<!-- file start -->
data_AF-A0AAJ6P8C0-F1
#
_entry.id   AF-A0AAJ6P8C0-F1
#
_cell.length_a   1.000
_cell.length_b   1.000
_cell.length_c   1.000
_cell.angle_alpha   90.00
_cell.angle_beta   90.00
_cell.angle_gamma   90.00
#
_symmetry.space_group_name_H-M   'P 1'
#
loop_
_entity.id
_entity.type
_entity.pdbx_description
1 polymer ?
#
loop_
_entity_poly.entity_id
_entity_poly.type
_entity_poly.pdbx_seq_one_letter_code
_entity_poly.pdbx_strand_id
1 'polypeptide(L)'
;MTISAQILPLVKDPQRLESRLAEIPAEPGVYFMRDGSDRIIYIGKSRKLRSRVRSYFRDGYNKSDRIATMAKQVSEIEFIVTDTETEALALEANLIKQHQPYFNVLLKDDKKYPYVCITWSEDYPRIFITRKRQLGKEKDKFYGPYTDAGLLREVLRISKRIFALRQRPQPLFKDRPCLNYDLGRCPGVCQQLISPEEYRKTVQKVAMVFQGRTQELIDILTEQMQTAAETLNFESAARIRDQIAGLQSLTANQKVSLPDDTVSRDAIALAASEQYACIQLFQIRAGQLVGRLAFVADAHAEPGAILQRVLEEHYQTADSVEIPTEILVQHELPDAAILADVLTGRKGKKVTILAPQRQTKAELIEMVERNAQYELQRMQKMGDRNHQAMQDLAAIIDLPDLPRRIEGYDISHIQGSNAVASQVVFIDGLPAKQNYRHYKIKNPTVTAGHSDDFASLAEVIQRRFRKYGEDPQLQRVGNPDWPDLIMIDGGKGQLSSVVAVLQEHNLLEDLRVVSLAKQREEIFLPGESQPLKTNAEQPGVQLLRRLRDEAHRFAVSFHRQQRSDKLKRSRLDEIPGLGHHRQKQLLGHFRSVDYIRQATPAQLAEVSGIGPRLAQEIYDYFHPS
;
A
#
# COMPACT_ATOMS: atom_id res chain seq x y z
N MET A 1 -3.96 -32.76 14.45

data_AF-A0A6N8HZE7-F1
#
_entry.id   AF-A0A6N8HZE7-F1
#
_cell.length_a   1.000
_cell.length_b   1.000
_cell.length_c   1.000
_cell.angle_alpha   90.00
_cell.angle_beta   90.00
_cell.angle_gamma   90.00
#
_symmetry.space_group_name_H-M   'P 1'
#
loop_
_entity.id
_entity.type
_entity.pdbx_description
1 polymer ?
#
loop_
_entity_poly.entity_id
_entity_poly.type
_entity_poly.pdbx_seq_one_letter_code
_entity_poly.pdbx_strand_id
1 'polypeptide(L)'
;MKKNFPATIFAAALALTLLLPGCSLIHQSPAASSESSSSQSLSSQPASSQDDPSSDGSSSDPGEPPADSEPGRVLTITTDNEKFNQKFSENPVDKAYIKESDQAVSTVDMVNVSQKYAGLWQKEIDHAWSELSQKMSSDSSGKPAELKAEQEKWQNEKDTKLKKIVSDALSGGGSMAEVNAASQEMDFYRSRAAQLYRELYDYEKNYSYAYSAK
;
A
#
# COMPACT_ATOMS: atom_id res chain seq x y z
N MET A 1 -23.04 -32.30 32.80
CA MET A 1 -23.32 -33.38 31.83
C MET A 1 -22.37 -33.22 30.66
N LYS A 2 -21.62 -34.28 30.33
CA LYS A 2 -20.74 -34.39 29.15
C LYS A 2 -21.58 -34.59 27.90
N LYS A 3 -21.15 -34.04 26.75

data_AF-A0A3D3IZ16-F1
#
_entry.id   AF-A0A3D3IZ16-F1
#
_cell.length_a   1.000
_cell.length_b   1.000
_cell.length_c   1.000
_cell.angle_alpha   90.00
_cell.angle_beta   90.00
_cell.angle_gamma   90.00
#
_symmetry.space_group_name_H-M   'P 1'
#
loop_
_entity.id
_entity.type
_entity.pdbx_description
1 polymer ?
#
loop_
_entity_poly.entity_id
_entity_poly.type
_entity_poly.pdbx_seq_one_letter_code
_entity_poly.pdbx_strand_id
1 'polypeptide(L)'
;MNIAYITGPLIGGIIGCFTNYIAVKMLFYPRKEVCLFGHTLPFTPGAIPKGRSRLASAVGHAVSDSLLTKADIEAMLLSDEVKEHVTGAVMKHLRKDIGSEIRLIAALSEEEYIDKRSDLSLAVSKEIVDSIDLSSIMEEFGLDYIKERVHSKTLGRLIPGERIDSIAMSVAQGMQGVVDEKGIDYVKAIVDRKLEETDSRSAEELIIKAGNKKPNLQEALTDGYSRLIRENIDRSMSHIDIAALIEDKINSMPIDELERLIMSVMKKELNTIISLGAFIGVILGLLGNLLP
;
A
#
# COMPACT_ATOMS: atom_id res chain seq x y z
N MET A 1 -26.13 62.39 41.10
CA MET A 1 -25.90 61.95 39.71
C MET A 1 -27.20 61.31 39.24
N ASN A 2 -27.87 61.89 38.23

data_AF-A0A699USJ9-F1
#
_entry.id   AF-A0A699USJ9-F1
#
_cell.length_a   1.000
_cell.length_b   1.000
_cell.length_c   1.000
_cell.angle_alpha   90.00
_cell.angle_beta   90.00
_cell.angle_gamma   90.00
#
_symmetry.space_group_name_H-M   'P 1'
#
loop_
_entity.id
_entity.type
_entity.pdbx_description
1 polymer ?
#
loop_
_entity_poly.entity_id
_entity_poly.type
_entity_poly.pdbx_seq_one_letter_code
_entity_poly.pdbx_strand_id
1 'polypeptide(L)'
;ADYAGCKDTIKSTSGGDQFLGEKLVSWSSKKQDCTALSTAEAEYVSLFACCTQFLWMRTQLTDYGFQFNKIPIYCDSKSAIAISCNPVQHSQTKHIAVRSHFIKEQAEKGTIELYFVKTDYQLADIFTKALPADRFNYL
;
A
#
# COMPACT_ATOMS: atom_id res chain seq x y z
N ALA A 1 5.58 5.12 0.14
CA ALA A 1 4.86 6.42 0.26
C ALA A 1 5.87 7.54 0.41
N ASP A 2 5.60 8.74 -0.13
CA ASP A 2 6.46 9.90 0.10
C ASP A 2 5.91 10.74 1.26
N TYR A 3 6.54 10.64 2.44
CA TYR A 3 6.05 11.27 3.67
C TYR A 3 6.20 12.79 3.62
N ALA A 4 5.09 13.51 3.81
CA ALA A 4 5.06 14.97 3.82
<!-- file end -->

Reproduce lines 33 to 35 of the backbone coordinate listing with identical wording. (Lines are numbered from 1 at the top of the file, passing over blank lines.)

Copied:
#
_entry.id   AF-A0A6N8HZE7-F1
#